“Unfair prejudice” is a legal action that exists pursuant to s.994 of the Companies Act 2006 to offer statutory protection for oppressed minority shareholders. When a shareholder feels that a company’s board of directors is acting in a way that prejudices him/her as a shareholder or a group of shareholders, that shareholder (or the affected group of shareholders) may have a right to bring an action for “unfair prejudice”.
In order to bring such a claim, a shareholder must show that:
- The conduct of the board caused prejudice or harm to the “relevant interest” of the shareholders or some of the shareholders of the company; and
- Such conduct was “unfair”.
The following is a non-exhaustive list of what the Courts have previously considered to amount to unfair prejudice:
- Breaches of directors’ fiduciary duties.
- Breaches of companies’ articles of association.
- Excluding shareholders from the management of quasi-partnerships.
- Diverting business to other companies in which the majority shareholder (but not the minority shareholders) holds an interest.
- Deliberately diluting a minority shareholding for no good reason.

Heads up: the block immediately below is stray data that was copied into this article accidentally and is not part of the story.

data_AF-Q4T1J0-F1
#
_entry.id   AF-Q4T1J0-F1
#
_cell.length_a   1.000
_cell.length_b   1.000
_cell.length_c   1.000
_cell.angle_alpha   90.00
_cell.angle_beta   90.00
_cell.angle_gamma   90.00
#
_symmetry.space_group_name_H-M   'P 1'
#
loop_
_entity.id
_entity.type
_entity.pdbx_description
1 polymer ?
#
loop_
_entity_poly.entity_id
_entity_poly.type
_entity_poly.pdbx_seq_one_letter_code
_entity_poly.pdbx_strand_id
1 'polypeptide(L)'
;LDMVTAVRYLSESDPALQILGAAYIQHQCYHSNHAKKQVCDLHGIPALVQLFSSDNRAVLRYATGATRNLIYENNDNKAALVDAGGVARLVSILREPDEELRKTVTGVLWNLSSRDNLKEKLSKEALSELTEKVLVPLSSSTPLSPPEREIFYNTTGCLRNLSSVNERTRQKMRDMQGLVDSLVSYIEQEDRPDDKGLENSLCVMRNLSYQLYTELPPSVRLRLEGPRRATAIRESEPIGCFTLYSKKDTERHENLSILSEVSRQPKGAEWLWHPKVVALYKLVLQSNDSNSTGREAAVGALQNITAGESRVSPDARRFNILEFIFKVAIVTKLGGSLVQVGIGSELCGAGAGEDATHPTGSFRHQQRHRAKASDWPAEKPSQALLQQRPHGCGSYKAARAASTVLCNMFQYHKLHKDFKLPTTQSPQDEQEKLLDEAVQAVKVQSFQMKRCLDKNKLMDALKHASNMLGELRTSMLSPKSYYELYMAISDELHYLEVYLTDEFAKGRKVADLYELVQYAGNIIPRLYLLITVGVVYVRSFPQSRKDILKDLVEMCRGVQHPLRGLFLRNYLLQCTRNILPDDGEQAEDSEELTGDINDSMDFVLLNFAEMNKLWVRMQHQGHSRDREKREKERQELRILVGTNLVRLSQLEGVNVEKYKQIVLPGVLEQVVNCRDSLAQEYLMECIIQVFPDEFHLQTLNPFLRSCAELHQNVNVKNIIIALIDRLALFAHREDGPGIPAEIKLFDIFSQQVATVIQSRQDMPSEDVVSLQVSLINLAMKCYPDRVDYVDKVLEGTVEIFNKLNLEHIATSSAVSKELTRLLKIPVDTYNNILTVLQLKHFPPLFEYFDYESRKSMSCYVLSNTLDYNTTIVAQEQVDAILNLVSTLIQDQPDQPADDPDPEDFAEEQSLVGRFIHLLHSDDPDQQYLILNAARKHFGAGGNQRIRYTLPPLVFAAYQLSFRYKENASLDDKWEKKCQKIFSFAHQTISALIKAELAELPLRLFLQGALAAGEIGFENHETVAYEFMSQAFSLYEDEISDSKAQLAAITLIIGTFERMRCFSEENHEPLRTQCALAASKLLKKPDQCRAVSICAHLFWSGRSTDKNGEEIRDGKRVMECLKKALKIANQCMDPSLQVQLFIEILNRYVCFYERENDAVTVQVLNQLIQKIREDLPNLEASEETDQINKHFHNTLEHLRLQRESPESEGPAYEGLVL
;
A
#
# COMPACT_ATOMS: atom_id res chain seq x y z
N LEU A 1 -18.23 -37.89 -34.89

- Causing a decrease in the economic value of the shares or placing the economic value of shares in jeopardy as a result of misconduct by the board of directors.
The Court has a wide discretion when it comes to relief and can order that the company’s affairs are judicially regulated in future or that the company refrain from acting in a certain way. Most frequently the remedy granted is to provide for the purchase of the shareholding of the unfairly treated member by the other shareholders or by the Company itself and, in the case of the purchase by the Company itself, the reduction of the Company's capital accordingly. The applicable valuation is often the price that would have been achieved as if the unfairly prejudicial treatment had not taken place.